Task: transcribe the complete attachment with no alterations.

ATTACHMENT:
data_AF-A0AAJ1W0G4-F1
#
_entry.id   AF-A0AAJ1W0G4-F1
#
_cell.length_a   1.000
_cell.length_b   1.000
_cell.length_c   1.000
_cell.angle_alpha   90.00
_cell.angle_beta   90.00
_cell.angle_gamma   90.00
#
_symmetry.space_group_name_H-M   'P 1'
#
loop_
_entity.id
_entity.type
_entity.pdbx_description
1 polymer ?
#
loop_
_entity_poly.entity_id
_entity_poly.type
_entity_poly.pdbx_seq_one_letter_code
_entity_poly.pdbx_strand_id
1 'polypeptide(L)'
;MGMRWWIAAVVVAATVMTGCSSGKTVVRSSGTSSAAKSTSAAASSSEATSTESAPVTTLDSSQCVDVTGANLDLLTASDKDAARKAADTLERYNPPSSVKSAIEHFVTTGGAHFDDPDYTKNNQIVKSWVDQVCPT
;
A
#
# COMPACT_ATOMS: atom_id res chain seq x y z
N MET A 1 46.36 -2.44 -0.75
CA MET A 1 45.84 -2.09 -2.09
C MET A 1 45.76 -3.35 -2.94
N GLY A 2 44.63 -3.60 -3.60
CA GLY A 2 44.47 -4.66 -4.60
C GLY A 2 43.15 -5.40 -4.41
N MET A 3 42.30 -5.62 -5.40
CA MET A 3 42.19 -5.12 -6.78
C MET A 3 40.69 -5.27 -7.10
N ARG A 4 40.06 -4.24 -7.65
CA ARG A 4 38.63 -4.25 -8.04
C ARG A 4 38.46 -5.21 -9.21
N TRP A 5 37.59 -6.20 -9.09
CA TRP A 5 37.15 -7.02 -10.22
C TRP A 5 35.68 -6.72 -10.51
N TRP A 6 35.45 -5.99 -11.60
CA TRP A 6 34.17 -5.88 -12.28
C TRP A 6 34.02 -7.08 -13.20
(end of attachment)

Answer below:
data_AF-A0AAJ1W0G4-F1
#
_entry.id   AF-A0AAJ1W0G4-F1
#
_cell.length_a   1.000
_cell.length_b   1.000
_cell.length_c   1.000
_cell.angle_alpha   90.00
_cell.angle_beta   90.00
_cell.angle_gamma   90.00
#
_symmetry.space_group_name_H-M   'P 1'
#
loop_
_entity.id
_entity.type
_entity.pdbx_description
1 polymer ?
#
loop_
_entity_poly.entity_id
_entity_poly.type
_entity_poly.pdbx_seq_one_letter_code
_entity_poly.pdbx_strand_id
1 'polypeptide(L)'
;MGMRWWIAAVVVAATVMTGCSSGKTVVRSSGTSSAAKSTSAAASSSEATSTESAPVTTLDSSQCVDVTGANLDLLTASDKDAARKAADTLERYNPPSSVKSAIEHFVTTGGAHFDDPDYTKNNQIVKSWVDQVCPT
;
A
#
# COMPACT_ATOMS: atom_id res chain seq x y z
N MET A 1 46.36 -2.44 -0.75
CA MET A 1 45.84 -2.09 -2.09
C MET A 1 45.76 -3.35 -2.94
N GLY A 2 44.63 -3.60 -3.60
CA GLY A 2 44.47 -4.66 -4.60
C GLY A 2 43.15 -5.40 -4.41
N MET A 3 42.30 -5.62 -5.40
CA MET A 3 42.19 -5.12 -6.78
C MET A 3 40.69 -5.27 -7.10
N ARG A 4 40.06 -4.24 -7.65
CA ARG A 4 38.63 -4.25 -8.04
C ARG A 4 38.46 -5.21 -9.21
N TRP A 5 37.59 -6.20 -9.09
CA TRP A 5 37.15 -7.02 -10.22
C TRP A 5 35.68 -6.72 -10.51
N TRP A 6 35.45 -5.99 -11.60
CA TRP A 6 34.17 -5.88 -12.28
C TRP A 6 34.02 -7.08 -13.20